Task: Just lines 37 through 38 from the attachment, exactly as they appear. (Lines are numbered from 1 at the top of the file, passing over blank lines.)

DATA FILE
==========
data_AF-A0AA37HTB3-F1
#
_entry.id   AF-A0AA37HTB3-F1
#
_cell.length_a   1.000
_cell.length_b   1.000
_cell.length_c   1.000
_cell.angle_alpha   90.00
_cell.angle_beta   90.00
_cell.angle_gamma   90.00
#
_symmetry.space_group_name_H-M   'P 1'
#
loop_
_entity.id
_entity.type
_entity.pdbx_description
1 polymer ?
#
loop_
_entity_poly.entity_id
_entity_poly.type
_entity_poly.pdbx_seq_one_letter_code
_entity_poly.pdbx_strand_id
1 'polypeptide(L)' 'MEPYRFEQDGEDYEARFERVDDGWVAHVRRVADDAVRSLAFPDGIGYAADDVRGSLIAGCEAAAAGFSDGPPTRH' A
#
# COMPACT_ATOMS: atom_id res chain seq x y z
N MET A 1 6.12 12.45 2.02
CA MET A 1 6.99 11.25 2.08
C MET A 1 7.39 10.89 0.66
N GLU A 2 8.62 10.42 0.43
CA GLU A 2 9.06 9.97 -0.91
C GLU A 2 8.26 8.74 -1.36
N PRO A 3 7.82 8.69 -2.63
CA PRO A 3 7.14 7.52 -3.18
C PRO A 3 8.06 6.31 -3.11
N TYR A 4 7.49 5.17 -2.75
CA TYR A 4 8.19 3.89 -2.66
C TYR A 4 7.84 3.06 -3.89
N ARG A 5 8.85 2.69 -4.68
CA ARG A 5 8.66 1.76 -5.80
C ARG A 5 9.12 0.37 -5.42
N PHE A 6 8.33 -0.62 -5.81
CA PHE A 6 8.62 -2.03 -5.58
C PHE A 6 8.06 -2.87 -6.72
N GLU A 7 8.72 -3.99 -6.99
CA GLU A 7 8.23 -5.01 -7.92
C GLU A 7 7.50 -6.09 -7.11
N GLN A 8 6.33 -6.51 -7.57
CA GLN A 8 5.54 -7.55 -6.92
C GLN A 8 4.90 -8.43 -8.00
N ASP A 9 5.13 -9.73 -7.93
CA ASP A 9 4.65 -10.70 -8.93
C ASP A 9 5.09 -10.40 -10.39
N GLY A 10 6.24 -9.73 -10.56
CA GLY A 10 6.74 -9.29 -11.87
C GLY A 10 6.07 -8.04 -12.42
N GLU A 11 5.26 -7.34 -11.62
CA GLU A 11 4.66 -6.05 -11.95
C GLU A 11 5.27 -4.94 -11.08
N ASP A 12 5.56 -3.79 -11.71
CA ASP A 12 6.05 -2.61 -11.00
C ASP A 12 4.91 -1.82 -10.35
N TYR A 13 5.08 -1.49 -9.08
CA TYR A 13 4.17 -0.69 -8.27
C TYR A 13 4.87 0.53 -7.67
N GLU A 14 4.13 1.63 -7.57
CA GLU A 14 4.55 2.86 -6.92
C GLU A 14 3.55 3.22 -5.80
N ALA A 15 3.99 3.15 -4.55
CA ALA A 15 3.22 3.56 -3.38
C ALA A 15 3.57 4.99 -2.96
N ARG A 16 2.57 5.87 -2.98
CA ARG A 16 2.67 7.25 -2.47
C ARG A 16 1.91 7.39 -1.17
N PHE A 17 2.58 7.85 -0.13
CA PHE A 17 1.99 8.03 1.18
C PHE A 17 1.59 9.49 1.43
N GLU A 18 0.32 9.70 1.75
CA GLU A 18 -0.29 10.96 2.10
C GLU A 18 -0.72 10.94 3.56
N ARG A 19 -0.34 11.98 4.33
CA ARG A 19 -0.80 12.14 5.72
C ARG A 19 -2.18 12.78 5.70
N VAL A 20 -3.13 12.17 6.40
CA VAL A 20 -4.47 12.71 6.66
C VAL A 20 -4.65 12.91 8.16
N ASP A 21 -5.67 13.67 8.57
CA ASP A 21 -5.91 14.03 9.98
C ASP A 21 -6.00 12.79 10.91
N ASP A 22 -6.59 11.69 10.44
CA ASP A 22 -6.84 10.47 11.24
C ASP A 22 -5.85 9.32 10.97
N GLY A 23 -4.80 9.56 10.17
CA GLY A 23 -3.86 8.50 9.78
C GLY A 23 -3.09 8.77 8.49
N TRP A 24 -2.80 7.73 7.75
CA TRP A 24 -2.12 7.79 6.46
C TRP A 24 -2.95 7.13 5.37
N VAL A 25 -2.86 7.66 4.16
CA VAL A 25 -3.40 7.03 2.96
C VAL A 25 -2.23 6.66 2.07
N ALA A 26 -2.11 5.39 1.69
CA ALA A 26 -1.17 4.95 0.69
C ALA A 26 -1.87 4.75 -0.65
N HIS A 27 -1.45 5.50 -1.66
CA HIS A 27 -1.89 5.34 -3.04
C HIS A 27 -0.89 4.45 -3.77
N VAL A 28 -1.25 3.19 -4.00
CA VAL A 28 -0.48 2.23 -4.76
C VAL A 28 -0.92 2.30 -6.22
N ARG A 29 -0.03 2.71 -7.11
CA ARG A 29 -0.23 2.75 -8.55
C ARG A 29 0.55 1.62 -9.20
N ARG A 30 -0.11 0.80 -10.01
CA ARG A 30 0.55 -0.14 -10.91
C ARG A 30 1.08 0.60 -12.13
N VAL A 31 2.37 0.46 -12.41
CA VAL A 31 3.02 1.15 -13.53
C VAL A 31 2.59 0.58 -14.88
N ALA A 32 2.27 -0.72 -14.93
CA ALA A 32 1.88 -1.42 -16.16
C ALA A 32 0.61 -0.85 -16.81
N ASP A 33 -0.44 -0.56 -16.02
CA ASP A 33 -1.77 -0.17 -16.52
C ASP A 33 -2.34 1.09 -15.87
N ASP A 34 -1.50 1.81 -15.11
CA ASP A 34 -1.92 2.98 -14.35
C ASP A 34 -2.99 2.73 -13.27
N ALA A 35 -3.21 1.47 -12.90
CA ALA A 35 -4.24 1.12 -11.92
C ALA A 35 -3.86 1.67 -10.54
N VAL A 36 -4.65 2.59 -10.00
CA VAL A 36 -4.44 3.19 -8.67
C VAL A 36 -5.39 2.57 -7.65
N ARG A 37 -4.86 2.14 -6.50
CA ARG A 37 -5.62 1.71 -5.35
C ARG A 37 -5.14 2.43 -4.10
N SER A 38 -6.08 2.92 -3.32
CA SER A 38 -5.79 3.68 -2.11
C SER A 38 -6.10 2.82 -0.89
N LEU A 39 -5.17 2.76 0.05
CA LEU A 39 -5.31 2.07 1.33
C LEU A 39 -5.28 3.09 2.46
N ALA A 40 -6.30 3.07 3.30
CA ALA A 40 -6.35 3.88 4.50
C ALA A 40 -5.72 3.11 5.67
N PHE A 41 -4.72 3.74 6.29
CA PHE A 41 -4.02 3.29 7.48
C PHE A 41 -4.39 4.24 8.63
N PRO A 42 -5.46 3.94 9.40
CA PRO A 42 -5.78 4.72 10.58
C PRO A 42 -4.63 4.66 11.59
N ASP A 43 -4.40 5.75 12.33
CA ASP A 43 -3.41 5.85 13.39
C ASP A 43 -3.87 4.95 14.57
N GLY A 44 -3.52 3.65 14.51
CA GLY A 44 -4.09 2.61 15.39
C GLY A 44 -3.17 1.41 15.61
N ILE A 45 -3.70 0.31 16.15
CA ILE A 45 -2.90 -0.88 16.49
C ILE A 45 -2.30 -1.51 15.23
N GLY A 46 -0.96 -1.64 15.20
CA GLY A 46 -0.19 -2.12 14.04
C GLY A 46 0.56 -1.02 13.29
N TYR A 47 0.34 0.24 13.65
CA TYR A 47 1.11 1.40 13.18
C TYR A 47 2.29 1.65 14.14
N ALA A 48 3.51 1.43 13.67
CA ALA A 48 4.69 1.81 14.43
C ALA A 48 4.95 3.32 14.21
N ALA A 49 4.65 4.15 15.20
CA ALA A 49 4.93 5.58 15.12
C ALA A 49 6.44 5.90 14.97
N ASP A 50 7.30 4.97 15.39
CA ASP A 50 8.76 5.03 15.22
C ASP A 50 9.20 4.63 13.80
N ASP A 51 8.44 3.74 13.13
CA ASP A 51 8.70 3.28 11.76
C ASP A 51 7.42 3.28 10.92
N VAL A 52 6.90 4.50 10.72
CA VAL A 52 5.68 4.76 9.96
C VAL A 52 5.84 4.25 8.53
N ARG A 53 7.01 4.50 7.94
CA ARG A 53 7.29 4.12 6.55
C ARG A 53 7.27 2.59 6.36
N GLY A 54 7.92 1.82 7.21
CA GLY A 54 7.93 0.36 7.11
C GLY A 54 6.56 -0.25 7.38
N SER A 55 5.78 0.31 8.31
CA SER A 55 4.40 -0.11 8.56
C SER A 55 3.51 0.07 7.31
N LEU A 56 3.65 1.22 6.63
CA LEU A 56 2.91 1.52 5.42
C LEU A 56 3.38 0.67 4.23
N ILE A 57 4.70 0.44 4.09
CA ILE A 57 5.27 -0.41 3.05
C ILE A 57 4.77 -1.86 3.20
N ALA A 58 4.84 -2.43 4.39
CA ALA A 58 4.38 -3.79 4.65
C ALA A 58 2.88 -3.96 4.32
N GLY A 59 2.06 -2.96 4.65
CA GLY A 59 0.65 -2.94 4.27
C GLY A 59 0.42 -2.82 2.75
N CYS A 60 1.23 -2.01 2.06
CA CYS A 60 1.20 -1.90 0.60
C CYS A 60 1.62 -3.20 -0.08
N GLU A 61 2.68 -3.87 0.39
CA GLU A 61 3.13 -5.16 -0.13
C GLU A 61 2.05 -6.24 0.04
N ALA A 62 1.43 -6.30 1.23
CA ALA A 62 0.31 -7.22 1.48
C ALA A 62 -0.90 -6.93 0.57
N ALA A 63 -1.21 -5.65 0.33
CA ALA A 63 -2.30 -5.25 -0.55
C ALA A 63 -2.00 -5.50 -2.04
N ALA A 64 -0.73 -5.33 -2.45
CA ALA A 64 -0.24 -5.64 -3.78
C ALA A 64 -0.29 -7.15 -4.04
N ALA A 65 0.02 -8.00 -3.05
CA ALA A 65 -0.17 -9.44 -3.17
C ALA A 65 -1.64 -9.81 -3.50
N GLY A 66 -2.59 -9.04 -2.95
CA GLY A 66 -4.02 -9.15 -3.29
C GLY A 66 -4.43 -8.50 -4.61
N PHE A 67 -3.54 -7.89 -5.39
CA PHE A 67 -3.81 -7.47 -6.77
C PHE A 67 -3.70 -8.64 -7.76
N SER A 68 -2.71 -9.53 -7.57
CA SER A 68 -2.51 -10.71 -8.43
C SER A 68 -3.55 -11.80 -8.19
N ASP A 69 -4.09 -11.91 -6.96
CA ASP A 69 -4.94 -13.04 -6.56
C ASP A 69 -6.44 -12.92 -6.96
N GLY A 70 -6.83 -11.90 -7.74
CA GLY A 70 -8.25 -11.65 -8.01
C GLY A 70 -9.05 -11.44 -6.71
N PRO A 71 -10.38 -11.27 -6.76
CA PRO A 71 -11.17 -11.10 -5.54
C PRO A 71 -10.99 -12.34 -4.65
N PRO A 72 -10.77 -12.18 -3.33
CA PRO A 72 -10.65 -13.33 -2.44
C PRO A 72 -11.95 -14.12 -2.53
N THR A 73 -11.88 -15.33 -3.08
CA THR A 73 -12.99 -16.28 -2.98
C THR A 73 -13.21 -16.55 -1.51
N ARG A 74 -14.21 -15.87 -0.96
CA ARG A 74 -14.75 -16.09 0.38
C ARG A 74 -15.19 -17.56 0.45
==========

N TYR A 4 7.49 5.17 -2.75
CA TYR A 4 8.19 3.89 -2.66